Study: Lax Security Enforcement Behind Rise in Amazon S3 Exposures
A new report by cloud security firm RedLock spells out what the recent outbreak of Amazon S3 security errors already indicates: "Data exposures are on the rise because organizations are failing to adhere to established security best practices."
Last week, RedLock published its latest "Cloud Security Trends" report in which it analyzed data from its customers' environments (amounting to over 5 million cloud resources) between June and September 2017. RedLock found that among organizations using cloud-based storage services like Amazon S3, over half (53 percent) have experienced inadvertent data exposures. That's up 13 percentage points from May, when RedLock last published its report.
RedLock pointed to instances like the Republican National Committee leak (which exposed nearly 200 million voters) and the Dow Jones & Company leak (which exposed over 2 million customers) as examples of Amazon S3 buckets being misconfigured to be publicly accessible. Those two instances were reported in June and July 2017, respectively. There have been many more high-profile Amazon S3 flubs made since then, including those by Verizon, the Chicago Election Board, military contractor TigerSwan, Viacom and, just this week, IT services giant Accenture.
In each instance, the data exposure was traced to Amazon S3 buckets that were erroneously configured to allow public access. Such misconfiguration errors have resulted in the exposure of personally identifiable consumer information (affecting up to 6 million individuals in the case of Verizon) or of data critical to the integrity of an organization's IT infrastructure (as was the case with Viacom).
"[O]rganizations are still falling behind in effectively protecting their public cloud computing environments," said RedLock CTO Gaurav Kumar in a prepared statement, adding that "cybercriminals are actively targeting information left unsecured in the public cloud."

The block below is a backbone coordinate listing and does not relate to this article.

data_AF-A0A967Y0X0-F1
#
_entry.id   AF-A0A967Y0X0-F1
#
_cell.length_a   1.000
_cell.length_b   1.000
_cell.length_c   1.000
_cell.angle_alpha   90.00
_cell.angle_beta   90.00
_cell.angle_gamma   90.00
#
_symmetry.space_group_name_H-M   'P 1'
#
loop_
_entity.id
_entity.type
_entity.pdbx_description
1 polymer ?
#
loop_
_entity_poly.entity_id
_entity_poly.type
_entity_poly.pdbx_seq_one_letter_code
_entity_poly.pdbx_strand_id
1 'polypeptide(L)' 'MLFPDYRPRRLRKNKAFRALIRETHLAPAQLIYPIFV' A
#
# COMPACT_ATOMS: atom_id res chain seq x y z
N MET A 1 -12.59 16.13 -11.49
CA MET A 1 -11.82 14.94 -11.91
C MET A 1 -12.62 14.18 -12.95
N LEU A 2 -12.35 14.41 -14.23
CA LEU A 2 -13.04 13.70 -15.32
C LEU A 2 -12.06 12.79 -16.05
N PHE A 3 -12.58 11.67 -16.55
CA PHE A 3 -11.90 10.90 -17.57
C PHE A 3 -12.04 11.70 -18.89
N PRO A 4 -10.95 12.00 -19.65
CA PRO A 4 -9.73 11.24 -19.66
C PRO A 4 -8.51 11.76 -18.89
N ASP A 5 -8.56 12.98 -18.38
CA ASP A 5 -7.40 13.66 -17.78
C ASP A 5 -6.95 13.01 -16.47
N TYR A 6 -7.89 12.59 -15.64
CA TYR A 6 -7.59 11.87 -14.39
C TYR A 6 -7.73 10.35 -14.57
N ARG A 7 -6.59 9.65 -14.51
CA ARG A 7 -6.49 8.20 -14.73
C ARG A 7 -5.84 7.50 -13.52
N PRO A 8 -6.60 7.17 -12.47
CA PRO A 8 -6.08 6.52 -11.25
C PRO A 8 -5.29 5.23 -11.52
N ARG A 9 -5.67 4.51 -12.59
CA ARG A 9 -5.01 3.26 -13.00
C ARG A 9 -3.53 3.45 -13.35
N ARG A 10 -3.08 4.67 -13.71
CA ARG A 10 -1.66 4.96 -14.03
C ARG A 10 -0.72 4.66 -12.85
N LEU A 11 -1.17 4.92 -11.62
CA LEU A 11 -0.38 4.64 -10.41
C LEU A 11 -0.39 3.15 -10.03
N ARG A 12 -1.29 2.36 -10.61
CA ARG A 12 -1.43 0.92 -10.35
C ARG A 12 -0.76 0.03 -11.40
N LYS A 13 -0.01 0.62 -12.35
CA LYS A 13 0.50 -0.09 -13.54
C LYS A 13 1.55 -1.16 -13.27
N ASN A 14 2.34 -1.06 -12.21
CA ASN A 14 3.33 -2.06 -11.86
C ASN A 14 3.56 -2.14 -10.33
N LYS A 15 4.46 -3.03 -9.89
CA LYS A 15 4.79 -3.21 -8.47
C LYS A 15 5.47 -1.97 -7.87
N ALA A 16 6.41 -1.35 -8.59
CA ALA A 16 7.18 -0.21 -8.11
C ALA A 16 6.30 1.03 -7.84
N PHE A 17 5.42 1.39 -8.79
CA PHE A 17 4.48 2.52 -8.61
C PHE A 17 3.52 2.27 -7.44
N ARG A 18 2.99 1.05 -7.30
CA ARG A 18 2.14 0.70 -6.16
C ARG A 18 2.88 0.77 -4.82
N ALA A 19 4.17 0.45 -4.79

Failure to properly lock down assets stored in the cloud also means an organization risks falling out of compliance with key regulations like the Payment Card Industry Data Security Standard (PCI DSS) and the Center for Internet Security (CIS) Benchmarks. Indeed, RedLock found that 45 percent of organizations failed to meet CIS standards, and 48 percent failed to meet PCI DSS standards.
RedLock also found that more than eight out of 10 organizations leave host vulnerabilities unpatched, despite many of them having access to third-party vulnerability management solutions. "[O]rganizations are unable to map the data from these tools to gain cloud-specific context," RedLock researchers said in the report. "Specifically, identifying hosts that are missing patches by IP addresses is not actionable, since IP addresses are constantly changing in the cloud."
In more dire cloud security news from RedLock's report:
- The firm discovered 250 organizations that were unwittingly exposing their access keys and other cloud credentials on public-facing Web servers.
- Nearly four out of 10 organizations have had at least one user whose account has been "potentially" compromised.
- Nearly four out of 10 databases are exposed to inbound connection requests from the public Internet, with 7 percent of them getting requests from "suspicious" IP addresses.
- Nearly two-thirds (64 percent) of databases lack encryption.
"It's imperative for every organization to develop an effective and holistic strategy now to protect their public cloud computing environment," Kumar said.
RedLock's October "Cloud Security Trends" report can be downloaded here, with registration, at no charge.
Gladys Rama is the senior site producer for Redmondmag.com, RCPmag.com and MCPmag.com.